Homosexuality in The Thing Around Your Neck
In The Thing Around Your Neck, Chimamanda Ngozi Adichie, discretely touches on the generally stereotypical views of homosexuality in Africa.
In “On Monday of Last Week,” Kamara is hired as a nanny for a boy named Josh. While she has multiple interactions with the father, she becomes intrigued by the whereabouts of the mother. When meeting Tracy, we see that Kamara not only gets nervous but tries to look her best around her. From sucking in her stomach to wanting to change her hair and the way she is dressed, Adichie makes sure to show Kamara’s interest in Tracy’s ways.
Tracy reciprocates Kamara’s curiosity and from what I understand flirts with Kamara reiterating how beautiful her name is. In return we see that Tracy’s actions have aroused Kamara to the point where she imagines Tracy whispering her name. Although it is not directly shown, Adichie through imagery, using words such as “gleaming” to describe eyes illustrates a connection between the two women. By having Tracy ask Kamara “would you take your clothes off for me” “in a tone as soft as breathe” Adichie touches on the attraction between the two. While Kamara believes she has made an exciting connection with the mother, Tracy, Tracy is quick to put the same moves and approach on Maren the french teacher in front of Kamara.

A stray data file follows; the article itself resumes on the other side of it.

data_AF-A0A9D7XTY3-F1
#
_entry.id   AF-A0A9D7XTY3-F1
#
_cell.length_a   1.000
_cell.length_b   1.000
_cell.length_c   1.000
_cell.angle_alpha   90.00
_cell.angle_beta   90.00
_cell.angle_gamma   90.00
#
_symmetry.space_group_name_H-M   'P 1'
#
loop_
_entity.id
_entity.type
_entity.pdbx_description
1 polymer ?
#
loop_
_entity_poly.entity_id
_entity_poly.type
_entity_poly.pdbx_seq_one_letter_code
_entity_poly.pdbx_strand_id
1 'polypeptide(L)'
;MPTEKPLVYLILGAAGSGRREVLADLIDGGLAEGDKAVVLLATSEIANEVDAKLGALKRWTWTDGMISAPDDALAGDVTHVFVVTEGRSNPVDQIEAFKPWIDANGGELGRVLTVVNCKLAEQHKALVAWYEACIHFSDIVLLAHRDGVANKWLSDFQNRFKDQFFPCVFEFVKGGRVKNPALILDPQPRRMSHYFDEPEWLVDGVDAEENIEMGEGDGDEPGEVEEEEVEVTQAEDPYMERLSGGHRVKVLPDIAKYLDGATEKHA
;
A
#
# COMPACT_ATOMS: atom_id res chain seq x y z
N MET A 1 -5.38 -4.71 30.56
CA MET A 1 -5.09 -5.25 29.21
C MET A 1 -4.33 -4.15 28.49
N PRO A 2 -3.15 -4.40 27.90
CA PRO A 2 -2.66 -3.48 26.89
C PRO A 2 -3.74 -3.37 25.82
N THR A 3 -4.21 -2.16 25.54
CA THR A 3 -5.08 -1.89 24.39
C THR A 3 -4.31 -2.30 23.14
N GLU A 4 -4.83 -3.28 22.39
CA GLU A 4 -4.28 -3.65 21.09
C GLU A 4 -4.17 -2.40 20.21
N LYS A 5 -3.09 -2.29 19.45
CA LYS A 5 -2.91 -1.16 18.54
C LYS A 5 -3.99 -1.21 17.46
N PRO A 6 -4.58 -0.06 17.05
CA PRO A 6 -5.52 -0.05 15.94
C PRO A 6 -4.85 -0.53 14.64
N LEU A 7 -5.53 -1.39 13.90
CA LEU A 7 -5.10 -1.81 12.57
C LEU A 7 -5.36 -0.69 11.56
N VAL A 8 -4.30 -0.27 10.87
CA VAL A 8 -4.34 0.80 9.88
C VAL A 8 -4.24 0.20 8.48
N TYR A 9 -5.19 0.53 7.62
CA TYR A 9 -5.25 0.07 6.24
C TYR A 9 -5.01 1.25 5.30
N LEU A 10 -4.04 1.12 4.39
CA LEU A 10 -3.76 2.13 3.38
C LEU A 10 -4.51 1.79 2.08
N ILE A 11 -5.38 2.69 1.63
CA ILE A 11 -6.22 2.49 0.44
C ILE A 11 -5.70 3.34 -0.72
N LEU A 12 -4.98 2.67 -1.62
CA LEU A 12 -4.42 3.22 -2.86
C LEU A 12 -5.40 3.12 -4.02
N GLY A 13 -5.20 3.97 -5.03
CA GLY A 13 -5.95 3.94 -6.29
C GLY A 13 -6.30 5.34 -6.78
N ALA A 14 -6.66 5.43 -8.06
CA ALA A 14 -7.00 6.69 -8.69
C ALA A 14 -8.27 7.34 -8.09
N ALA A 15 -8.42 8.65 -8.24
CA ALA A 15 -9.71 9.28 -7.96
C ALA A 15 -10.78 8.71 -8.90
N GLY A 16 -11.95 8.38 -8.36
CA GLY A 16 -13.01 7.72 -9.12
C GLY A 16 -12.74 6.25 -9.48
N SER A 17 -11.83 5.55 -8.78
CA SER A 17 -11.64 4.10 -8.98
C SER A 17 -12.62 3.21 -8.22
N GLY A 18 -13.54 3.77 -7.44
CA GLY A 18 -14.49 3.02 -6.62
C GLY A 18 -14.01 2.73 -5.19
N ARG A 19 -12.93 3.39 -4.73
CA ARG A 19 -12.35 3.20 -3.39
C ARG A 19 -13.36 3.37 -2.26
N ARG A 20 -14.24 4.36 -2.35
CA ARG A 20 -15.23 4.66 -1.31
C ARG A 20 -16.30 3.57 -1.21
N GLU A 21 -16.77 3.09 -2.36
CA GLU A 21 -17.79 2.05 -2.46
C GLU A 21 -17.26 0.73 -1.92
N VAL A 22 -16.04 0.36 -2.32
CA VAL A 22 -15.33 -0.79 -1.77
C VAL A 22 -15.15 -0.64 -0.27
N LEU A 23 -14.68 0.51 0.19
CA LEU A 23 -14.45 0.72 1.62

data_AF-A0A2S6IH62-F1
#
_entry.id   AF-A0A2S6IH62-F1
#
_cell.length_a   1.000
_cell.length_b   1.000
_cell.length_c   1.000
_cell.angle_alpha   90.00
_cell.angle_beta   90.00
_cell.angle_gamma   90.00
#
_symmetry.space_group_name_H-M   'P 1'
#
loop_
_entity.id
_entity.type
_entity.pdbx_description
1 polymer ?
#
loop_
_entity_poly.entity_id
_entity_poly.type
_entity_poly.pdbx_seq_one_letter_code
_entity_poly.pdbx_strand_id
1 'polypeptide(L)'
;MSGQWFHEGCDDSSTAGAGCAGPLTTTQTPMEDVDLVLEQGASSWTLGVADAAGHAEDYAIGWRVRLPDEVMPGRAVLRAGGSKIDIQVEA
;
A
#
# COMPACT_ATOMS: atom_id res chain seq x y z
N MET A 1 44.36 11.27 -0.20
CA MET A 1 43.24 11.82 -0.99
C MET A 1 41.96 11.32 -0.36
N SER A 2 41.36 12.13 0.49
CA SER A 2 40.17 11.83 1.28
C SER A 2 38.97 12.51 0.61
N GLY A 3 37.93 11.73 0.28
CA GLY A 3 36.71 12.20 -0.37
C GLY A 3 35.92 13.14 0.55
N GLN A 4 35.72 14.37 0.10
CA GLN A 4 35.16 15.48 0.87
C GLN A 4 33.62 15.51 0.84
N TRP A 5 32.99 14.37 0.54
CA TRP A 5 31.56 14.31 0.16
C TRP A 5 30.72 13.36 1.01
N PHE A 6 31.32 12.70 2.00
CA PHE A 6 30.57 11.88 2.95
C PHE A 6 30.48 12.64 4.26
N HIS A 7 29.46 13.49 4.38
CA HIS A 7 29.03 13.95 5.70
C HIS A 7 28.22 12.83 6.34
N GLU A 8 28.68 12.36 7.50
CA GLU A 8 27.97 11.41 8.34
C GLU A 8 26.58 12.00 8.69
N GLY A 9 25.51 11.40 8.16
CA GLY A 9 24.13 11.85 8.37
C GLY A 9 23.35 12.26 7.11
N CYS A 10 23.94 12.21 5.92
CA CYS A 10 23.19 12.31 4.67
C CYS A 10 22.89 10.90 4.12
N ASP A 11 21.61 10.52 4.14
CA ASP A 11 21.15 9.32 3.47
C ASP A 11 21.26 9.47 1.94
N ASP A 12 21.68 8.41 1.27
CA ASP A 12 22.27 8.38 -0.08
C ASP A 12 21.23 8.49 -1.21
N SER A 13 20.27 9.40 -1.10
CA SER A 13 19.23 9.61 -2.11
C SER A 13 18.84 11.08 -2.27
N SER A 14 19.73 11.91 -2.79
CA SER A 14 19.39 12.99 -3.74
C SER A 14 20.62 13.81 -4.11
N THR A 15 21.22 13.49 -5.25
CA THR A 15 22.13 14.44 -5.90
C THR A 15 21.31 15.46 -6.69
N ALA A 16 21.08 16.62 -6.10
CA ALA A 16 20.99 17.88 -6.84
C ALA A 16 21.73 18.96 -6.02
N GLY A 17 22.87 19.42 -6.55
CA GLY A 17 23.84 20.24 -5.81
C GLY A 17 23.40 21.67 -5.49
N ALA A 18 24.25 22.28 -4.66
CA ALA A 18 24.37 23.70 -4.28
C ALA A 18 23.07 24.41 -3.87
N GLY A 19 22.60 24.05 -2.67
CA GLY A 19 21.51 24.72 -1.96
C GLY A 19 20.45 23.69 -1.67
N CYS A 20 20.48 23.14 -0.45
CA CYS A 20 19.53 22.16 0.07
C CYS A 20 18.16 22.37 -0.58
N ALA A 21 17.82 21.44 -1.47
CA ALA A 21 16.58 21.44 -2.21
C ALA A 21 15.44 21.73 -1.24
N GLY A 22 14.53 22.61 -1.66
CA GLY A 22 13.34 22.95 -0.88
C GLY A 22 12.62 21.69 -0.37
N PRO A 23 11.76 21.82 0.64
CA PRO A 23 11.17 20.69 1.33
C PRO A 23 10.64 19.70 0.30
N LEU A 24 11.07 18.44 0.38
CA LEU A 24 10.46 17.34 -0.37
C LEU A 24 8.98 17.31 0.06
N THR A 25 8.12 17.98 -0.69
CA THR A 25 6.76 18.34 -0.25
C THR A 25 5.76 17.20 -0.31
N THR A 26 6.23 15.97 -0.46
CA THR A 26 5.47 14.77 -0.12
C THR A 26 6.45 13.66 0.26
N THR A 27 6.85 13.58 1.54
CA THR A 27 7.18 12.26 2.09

Although Tracy and Kamara are both married to men, we see that their curiosity wanders leaving themselves to second think twice about their sexuality.
While Adichie hints at the two women being attracted to one another, she also writes about the negative connotations held about homosexuality in Africa.
In Jumping Monkey Hill when the Senegalese woman is talks to her peers about her situation with her girlfriend and telling her parents that she is a lesbian, the black South African gets up and walks away. He “looked alarmed when he heard lesbian.” Adichie is able to depict the sensitivity of the topic of homosexuality. Some people like the South African man, who showed to be conservative did not want to hear about it let alone be associated with homosexuality.
While Adichie does touch on homosexuality, she sticks to lesbian relationships. Why do you think that is? Do you think that there is a sense of female sexualization related to the glorification of lesbian relationships in comparison to gay relationships?